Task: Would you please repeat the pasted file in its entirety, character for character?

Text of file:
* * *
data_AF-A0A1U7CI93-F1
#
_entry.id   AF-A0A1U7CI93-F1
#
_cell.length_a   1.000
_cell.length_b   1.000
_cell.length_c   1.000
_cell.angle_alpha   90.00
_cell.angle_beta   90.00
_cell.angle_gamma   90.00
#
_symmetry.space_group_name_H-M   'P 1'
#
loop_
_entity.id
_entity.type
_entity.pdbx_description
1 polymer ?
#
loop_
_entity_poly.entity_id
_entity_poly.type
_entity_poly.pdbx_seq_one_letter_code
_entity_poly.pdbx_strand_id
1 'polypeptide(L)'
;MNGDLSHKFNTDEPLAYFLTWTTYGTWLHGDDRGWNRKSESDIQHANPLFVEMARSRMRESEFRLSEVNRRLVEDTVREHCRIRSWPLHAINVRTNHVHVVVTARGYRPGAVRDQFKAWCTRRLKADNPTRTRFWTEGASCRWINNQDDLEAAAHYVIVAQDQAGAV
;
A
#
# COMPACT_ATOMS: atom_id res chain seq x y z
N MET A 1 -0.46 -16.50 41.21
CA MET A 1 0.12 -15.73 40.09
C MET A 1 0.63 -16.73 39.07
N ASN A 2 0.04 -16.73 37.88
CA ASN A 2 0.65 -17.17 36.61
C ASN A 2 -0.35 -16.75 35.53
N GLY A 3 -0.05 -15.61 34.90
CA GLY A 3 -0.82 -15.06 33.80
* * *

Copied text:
data_AF-A0A1U7CI93-F1
#
_entry.id   AF-A0A1U7CI93-F1
#
_cell.length_a   1.000
_cell.length_b   1.000
_cell.length_c   1.000
_cell.angle_alpha   90.00
_cell.angle_beta   90.00
_cell.angle_gamma   90.00
#
_symmetry.space_group_name_H-M   'P 1'
#
loop_
_entity.id
_entity.type
_entity.pdbx_description
1 polymer ?
#
loop_
_entity_poly.entity_id
_entity_poly.type
_entity_poly.pdbx_seq_one_letter_code
_entity_poly.pdbx_strand_id
1 'polypeptide(L)'
;MNGDLSHKFNTDEPLAYFLTWTTYGTWLHGDDRGWNRKSESDIQHANPLFVEMARSRMRESEFRLSEVNRRLVEDTVREHCRIRSWPLHAINVRTNHVHVVVTARGYRPGAVRDQFKAWCTRRLKADNPTRTRFWTEGASCRWINNQDDLEAAAHYVIVAQDQAGAV
;
A
#
# COMPACT_ATOMS: atom_id res chain seq x y z
N MET A 1 -0.46 -16.50 41.21
CA MET A 1 0.12 -15.73 40.09
C MET A 1 0.63 -16.73 39.07
N ASN A 2 0.04 -16.73 37.88
CA ASN A 2 0.65 -17.17 36.61
C ASN A 2 -0.35 -16.75 35.53
N GLY A 3 -0.05 -15.61 34.90
CA GLY A 3 -0.82 -15.06 33.80